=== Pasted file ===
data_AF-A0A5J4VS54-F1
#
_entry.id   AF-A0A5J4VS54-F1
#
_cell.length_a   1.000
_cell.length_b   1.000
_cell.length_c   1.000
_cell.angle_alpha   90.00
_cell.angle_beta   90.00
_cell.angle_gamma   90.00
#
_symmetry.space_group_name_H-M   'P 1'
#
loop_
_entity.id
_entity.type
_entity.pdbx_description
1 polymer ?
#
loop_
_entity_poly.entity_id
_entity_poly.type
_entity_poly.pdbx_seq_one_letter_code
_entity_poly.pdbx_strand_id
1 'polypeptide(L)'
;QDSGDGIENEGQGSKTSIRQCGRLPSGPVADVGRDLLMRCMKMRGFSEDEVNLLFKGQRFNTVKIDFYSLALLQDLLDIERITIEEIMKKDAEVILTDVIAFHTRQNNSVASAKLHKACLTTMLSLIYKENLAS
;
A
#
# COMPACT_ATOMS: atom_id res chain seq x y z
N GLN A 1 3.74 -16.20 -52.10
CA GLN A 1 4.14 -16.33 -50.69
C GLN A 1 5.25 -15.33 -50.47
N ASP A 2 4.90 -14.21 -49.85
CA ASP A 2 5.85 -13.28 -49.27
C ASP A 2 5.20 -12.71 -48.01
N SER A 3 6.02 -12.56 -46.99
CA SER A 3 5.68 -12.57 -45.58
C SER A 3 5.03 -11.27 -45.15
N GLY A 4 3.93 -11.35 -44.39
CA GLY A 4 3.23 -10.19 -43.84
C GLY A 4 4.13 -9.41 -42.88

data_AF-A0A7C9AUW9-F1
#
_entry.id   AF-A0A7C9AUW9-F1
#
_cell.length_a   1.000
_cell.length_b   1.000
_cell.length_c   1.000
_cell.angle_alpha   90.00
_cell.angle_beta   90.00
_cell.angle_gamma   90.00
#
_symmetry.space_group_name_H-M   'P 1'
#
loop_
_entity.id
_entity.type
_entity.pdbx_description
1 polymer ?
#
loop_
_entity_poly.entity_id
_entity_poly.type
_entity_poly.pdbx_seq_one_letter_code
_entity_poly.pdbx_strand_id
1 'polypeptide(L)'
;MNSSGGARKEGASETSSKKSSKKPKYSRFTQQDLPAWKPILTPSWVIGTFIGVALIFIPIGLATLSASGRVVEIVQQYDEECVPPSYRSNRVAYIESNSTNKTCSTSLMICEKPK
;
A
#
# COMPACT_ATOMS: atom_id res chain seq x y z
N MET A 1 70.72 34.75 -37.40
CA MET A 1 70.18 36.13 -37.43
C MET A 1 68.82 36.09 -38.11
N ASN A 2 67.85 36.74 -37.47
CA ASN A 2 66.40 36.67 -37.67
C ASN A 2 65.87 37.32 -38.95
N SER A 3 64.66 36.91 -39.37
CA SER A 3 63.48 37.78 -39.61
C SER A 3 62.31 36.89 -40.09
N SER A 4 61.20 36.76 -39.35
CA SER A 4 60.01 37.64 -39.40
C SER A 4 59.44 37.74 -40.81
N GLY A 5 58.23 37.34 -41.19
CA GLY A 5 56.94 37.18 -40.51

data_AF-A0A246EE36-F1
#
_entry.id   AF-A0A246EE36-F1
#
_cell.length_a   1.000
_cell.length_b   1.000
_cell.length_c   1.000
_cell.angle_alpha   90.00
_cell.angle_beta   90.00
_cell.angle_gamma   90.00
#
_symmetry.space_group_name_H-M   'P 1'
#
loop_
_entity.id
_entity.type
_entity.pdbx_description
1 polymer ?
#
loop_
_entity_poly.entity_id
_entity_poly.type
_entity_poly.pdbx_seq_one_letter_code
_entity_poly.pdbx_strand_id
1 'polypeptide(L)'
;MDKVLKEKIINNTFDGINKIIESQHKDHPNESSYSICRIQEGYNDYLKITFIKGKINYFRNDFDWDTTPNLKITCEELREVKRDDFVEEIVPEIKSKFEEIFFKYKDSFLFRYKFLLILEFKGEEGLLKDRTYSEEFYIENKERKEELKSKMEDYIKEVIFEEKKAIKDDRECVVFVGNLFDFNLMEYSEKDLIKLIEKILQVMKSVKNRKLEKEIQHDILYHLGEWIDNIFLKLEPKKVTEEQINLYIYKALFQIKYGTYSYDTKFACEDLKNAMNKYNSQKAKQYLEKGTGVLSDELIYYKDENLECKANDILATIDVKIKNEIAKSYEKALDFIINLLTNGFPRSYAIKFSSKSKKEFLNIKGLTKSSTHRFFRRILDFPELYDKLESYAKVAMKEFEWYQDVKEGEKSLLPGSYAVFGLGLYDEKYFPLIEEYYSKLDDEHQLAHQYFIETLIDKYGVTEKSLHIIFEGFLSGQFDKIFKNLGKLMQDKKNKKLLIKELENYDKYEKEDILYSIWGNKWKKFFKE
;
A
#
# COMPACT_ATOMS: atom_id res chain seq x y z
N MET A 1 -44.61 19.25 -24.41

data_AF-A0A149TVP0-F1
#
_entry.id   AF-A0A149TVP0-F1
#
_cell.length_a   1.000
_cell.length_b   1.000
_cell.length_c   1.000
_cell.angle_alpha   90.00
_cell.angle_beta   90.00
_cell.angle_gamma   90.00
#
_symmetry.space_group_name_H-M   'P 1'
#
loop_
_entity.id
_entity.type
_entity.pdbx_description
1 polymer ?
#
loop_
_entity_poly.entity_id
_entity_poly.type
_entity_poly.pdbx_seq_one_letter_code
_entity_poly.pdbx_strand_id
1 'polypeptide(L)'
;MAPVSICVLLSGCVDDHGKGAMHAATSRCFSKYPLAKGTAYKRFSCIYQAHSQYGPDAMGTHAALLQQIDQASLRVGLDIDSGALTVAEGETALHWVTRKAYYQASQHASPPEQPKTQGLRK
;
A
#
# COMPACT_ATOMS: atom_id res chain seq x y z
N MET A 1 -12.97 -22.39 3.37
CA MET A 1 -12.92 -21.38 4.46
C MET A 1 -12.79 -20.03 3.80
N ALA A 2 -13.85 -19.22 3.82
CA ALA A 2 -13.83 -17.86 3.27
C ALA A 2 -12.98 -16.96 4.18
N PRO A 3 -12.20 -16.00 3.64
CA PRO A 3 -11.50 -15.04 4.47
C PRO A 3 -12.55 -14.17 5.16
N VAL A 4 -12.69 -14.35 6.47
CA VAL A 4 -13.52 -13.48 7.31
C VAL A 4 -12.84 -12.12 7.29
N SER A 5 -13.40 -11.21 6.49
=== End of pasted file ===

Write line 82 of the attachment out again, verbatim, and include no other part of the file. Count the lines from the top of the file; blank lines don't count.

N SER A 4 61.20 36.76 -39.35